By Tina Ngata
New Zealand’s Indigenous rights record is being called to account from numerous campaigns following weeks of flashpoints around the nation. Campaign leaders are citing a lack of government leadership and protection around Māori land alienation, state removal of children, and water pollution as indications that the Māori nation are “under threat from the deeply entrenched colonial racism of the New Zealand government”.
At Auckland’s Ihumātao, local Māori descendants and their supporters continue their occupation of lands in opposition to government eviction for a proposed housing development. Tensions have increased as police escalated their activity on the site in spite of a consistently peaceful approach by the movement. Local leader Pania Newton says these new developments have eroded the trust and good faith in the process. A national day of action for Ihumātao has seen protests and community expressions of solidarity across the country.
Kelly Klink from Aotea (Great Barrier Island) has highlighted that the government’s lack of leadership is not only impacting upon human and land rights, but also water rights. Earlier this year, despite widespread opposition from local Māori, the Environmental Protection Authority (EPA), granted a large corporation consent to dump 250,000 cubic meters of toxic marine sludge off the coast of Aotea, a move that has resulted in largescale protests in the Auckland CBD.
“This is an abuse of our fundamental rights including the right of free prior and informed consent when big corporations dump toxic waste in our moana – it will cause irreparable harm to our beautiful marine environment which our people have relied upon for countless generations” says Klink.
The Ihumātao and Aotea uprisings accompany further nationwide protests last week regarding the excessive state removal of Māori children from homes and abuse while in state care. ‘Hands Off Our Tamariki’ Campaign organisers Leonie Pihama, Paora Crawford-Moyle & Rihi Te Nana have highlighted the United Nations definition of genocide, which includes the forceable transfer of children from one group to another, and described this ongoing issue as New Zealand’s “Stolen Generation”.
Dr Pihama notes:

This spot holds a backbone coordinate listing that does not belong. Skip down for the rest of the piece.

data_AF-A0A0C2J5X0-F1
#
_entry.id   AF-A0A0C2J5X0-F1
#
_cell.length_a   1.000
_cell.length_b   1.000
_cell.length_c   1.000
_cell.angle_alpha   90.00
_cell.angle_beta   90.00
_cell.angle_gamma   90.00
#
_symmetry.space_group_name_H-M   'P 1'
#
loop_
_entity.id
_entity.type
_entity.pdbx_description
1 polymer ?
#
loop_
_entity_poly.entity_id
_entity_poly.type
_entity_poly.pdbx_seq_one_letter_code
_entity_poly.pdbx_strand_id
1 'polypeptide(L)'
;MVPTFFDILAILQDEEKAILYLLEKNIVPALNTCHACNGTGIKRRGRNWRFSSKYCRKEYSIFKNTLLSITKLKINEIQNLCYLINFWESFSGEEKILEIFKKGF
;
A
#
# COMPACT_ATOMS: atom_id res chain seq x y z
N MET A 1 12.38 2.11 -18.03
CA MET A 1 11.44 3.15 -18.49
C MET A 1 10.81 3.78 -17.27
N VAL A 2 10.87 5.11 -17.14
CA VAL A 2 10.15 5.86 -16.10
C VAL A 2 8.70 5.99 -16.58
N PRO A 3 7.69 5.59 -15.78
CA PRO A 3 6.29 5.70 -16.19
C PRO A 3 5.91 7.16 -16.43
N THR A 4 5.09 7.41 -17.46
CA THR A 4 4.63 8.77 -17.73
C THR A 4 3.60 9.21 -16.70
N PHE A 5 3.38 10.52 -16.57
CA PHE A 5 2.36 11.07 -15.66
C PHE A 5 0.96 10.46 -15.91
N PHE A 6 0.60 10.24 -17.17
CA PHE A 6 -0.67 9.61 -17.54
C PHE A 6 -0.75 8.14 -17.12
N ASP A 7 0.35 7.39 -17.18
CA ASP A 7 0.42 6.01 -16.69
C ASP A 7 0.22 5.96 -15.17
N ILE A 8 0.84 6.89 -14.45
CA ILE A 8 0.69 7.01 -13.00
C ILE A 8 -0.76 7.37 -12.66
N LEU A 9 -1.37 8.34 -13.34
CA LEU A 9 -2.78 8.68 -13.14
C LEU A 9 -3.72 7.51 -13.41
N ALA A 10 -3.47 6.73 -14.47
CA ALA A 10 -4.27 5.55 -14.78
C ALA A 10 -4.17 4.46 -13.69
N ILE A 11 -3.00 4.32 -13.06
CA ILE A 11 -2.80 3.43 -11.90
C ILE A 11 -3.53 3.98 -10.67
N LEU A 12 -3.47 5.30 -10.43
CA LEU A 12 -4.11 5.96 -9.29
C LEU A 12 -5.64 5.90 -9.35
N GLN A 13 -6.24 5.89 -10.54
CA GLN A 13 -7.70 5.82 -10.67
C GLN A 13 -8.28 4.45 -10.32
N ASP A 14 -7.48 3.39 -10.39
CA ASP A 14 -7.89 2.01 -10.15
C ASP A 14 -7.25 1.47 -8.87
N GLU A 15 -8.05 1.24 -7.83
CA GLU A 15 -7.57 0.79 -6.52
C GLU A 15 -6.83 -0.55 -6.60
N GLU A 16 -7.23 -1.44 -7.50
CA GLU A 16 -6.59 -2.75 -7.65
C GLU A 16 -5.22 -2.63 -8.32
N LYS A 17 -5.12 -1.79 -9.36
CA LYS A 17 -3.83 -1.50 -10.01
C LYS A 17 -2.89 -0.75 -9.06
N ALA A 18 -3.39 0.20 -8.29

“We were told in 2016 that a change in legislation would make Child Youth and Family (CYFs) more accountable to Māori for their absolute incompetency in supporting our people, yet there continues to be a denial by the government of the need for significant change to be made.”
Last week’s nationwide protests were spearheaded by a rally in Wellington which included a large march to Parliament steps to deliver an Open Letter with over 17,000 signatures to the Government calling for an end to the forced removal of Māori children. It also highlights that Māori are continually stifled by government legislation, limited resourcing and structural racism. The connections across these campaigns is recognised by Dr Pihama.
“What we see is a government that has said it is committed to the Treaty but fails to make any meaningful engagement with critical issues such as Ihumātao, Aotea, or the destruction of our children’s lives by its own Ministry. There is too much denial and defensiveness over the past months by this government, as was the case with the previous National government. There continues to be a denial of fundamental Treaty rights to do with our whanau, our lands, our seas, everything. Hands Off Our Tamariki voices our solidarity with all Māori and Indigenous Nations that are standing in protection of sacred places, sacred spaces, sacred future generations.”
Tina Ngata, spokesperson for the Kia Mau campaign opposing the 2019 anniversary celebrations of Captain Cook’s arrival notes that these are clear examples of why the events are an inappropriate and insensitive investment by this government: “We were promised a kind and progressive government under Jacinda Ardern, but these multiple flashpoints amount to a nation in crisis. The deeply entrenched colonial racism of the New Zealand government presents an ongoing threat to our lands, waters, and to us as a people. It’s appalling and insulting that the government would pump tens of millions of dollars into celebrating our “dual heritage” whilst continuing the Imperial project of Indigenous dispossession and genocide. This all demonstrates clearly how far away this government is from truly appreciating the depth of the issues we need to address before we can even claim basic respect for our human, environmental and Indigenous rights, let alone any semblance of bicultural harmony or political kindness.”